In a moment of impulse, Lt Cmdr Rakesh Anna asked a young army officer what he would have done if he was in our situation. He joked that he would have left and that very moment we all got up to leave. Waiting for a couple of hours had made us restless enough to not worry about the cold, the snow or the skidding from the K Top. Since our motorcycles were parked ahead of the check post, we did not have a problem and we left in front of the restless civilians. We were the only ones aware of the risks at the top, others weren’t. To our pleasant surprise the snow had stared melting and there were patches on the road to ride our motorcycles through. When the road disappeared again, we followed the military vehicles getting across the K Top to drop a senior officer. The army helped us through the two hour struggle to cross 2 kilometers and reach the top. None of us spoke during the strenuous climb as we struggled to fight the snow, pulled the heavy motorcycles, breathed hard for oxygen while -15 degrees and wet clothes took backstage.  Finally we reached the top and I saw the same signage, only with respect this time. I parked my motorcycle a little ahead, walked back to the signage and waited for my friend to come and click a picture.

Important points:

  • Khardung La serves as gateway to Shyok and Nubra valleys in Ladakh
  • North Pullu and South Pullu are army check posts on either end of the pass
  • The road from Pangong to Nubra via Durbuk is not that bad and should be explored with proper precautions and spare parts
  • Always carry extra petrol and basic spare parts
  • Nothing can save you from nature’s fury, but caution

IMG_5947[1]
Finally at the KTop.
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KTop from the ground level
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First futile attempt

The motorcycle diaries 3 – In pursuit of wilderness

Few close friends decided to escape the city for a weekend. It started with a brief to spend a weekend at a place which does not require a full day’s drive.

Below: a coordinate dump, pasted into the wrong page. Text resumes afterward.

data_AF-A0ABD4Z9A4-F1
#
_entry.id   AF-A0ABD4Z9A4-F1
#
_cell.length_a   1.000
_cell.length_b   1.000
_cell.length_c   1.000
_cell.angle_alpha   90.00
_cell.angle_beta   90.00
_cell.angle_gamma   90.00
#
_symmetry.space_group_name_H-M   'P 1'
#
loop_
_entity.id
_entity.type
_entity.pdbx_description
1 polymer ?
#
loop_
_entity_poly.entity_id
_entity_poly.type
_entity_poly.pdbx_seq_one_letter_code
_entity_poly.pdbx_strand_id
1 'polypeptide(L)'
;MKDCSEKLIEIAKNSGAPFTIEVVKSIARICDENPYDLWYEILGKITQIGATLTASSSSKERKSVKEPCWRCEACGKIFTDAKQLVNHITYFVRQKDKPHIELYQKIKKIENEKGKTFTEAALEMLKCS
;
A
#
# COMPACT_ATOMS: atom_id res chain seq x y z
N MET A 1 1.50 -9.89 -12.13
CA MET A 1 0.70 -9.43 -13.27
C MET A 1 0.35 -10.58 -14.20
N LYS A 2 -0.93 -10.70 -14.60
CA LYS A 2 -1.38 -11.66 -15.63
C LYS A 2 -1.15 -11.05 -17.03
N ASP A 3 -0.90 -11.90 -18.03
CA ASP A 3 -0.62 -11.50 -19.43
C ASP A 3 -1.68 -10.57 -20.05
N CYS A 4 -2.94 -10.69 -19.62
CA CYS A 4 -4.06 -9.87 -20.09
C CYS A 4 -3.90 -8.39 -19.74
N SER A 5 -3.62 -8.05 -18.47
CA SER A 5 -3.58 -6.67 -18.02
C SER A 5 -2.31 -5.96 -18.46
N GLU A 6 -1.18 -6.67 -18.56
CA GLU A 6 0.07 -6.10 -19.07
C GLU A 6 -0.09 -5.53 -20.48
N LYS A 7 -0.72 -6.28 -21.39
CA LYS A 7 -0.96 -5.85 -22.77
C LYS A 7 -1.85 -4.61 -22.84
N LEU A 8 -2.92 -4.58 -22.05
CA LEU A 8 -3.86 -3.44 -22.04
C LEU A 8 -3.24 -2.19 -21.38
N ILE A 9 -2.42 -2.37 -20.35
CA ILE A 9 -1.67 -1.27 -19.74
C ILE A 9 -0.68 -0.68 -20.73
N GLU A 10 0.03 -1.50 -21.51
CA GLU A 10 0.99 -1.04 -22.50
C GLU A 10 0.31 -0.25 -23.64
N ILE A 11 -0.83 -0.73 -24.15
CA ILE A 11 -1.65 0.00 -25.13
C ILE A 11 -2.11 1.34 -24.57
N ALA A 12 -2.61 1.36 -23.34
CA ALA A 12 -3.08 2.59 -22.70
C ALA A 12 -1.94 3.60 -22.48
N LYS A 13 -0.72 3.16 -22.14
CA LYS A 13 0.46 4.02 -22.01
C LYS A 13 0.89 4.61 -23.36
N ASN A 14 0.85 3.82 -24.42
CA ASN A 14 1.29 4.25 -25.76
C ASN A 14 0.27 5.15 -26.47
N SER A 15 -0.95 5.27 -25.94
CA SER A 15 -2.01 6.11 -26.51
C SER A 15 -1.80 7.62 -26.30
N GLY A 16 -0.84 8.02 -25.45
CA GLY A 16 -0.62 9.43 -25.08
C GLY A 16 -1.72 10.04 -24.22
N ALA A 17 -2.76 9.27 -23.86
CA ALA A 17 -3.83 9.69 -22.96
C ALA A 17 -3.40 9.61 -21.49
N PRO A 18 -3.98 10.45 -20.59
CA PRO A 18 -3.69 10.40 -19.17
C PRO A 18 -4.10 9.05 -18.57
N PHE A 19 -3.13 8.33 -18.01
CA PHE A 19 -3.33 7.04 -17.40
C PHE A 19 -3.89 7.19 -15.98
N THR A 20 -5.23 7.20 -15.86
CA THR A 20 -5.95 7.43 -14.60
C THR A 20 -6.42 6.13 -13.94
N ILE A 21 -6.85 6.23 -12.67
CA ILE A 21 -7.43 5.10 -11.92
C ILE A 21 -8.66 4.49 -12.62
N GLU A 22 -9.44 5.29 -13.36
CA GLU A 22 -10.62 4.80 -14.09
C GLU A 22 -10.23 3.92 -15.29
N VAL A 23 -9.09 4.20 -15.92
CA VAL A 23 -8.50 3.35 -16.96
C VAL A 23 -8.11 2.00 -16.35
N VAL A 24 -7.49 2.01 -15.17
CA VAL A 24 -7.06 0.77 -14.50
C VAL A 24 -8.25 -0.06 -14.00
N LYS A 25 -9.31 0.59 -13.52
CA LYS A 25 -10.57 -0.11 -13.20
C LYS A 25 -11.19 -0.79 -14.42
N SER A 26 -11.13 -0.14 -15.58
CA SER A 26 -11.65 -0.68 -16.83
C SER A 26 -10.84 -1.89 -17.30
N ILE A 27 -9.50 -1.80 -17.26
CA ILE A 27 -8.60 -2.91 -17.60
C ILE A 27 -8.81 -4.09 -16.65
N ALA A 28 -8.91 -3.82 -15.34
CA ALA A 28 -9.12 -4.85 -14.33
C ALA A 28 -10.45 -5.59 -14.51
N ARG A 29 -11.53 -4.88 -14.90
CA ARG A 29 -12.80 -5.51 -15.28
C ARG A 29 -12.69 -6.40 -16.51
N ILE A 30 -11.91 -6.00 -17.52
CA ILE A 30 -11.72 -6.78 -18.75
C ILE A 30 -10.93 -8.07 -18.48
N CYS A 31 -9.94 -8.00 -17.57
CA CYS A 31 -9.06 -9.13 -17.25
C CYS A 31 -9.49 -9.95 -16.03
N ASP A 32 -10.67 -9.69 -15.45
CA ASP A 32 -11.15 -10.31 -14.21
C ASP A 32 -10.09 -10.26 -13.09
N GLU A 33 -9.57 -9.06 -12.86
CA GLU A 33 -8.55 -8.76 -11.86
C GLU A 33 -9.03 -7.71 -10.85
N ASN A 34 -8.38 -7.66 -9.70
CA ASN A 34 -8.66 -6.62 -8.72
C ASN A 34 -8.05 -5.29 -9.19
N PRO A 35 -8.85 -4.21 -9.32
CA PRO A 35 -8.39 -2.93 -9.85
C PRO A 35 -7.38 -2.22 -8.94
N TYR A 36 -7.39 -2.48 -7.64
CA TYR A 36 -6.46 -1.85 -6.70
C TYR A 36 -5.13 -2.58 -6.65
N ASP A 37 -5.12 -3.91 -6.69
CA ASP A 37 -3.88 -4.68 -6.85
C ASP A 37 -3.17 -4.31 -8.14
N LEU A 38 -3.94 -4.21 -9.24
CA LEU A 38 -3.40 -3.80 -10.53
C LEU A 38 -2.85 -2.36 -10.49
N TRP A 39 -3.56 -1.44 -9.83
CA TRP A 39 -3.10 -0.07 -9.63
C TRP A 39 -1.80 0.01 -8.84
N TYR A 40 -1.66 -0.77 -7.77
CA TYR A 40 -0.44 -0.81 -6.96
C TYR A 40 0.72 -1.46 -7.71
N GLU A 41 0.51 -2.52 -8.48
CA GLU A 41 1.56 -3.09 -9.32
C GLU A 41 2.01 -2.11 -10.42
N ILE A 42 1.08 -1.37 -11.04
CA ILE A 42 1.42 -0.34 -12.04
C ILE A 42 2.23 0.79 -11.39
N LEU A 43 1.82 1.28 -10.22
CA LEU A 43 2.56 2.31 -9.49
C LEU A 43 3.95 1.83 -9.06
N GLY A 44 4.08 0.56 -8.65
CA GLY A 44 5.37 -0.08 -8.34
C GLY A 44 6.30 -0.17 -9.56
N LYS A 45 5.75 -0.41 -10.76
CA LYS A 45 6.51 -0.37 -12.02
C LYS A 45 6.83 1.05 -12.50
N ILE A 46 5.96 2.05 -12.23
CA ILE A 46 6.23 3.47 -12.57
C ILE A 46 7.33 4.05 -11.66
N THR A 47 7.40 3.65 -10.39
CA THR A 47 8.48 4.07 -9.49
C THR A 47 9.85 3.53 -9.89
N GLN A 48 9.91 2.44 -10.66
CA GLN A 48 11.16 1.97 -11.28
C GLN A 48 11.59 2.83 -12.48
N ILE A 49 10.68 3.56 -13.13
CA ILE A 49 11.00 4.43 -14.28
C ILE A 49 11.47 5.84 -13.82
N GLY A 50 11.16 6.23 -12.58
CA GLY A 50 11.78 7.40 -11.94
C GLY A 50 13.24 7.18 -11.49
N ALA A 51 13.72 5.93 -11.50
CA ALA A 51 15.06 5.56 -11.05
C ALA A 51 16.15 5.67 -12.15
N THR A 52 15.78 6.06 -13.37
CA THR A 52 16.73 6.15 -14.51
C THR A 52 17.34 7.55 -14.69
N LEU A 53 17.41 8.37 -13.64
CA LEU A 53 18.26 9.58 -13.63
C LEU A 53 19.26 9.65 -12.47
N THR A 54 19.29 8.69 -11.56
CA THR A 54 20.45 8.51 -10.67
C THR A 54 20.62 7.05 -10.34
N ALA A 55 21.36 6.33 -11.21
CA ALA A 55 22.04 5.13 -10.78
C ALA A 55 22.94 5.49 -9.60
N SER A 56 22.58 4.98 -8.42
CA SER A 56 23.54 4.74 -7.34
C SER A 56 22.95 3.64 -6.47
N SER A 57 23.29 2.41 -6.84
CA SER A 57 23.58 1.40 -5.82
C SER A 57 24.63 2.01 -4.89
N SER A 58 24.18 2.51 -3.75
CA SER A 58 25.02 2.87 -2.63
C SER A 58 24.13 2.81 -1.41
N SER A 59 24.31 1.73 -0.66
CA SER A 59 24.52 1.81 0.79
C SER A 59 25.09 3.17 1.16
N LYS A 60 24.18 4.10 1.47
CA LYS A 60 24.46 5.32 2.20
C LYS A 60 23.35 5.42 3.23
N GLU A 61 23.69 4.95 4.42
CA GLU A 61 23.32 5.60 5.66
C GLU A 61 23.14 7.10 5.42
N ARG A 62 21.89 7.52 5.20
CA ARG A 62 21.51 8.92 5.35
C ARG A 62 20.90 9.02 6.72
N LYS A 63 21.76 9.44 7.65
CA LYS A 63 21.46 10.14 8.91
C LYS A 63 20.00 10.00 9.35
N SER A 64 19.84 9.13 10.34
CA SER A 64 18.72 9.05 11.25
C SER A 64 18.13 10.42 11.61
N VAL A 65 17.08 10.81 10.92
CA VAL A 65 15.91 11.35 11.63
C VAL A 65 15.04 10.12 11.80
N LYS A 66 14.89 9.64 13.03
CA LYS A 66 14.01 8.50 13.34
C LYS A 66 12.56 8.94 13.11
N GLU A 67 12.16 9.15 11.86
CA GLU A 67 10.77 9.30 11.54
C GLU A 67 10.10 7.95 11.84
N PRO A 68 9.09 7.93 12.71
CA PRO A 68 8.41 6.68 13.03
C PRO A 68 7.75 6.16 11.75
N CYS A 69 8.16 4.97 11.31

Given our affinity towards the hills and water, Rishikesh, at a distance of 230 odd kilometers from Delhi was an easy choice. It took a lot of planning, coordination, research and discussion to zero in on two properties in Rishikesh. One was a beach camp with tents and another was a jungle camp offering a morning trek and wild safari at Rajaji National park, Uttarakhand in addition to rafting at the mighty Ganges. The cost per person at the Jungle camp was almost half of the beach property and tree houses caught everyone’s attention. Three days prior to the final trip, the group leader – Mani sprained her back leading to speculation if the trip was on. Hats off to her will, a group of seven adventure enthusiasts finally left the city early on Saturday morning. I decided to ride through the trip on my beloved Royal Enfield, my gateway to any terrain in the country. The exit route from Delhi greeted us with a half hour jam at 4:30am. Withstanding the frustration caused by two trucks standing in the middle of NH24, we braved the fatal pot holes at NH58 for an hour. The mighty Scorpio cruised through the toll way as I managed to keep sight of it on my two wheels. When the sun grew bolder, the group got eager to reach the destination asap and decided to raft first before we checked into the jungle camp.

Of paddles, rapids and a cliff

I have a fear of heights and water rapids. A little bit of negotiation ensured that the raft meant for at least 10 people was given to us 7. As the raft commander began his briefing we had a minor argument about why one of us should sit in the middle and not paddle through the rafting session. His argument about balancing the raft fell into deaf ears and he had to go back and manage an additional paddle. The raft was set loose and we began paddling forward cheering Ganga Maiyya. I had to sit at the front, the fear could wait. While we were unsure if the raft commander was still upset with us for being rude to him, he turned out to be quite a sport as he commanded us to jump into the river after 5 minutes of paddling. Few among us were shocked and were staring at the commander if he was serious. I wasted no time in jumping into the water and hell yeah, I was swimming in the mighty Ganges. Religious people in India sprinkle drops of holy water on themselves for purification and here I was braving the fast flowing Ganga river itself. I soon heard shouts from the commander asking me to stay closer to the raft as we approached a rapid. I got on the raft and took back my steering position in the front as I was ready to brave the very first rapid which looked exciting yet scary. As the raft bumped into the first huge wave, I realised two members of the group had fallen off into the river, how I wish I could have fallen like that. As I got ready to scream ‘oh shit’ and jump into the river at the next rapid, the commander ordered that anyone who wishes to jump into the river is free to do so at will, but be careful. Braving a rapid has been the highlight of my affair with the water bodies so far in my life. Our cool commander ordered us to steer and swim past all jealous onlookers. It was amazing and continued for the next hour or so. There was a food stop in the middle of nowhere, maggi and tea, but what caught my attention were few crazy people jumping off a cliff which appeared over 20 feet high. I had conquered my fear of rapids, now it was time for a high jump.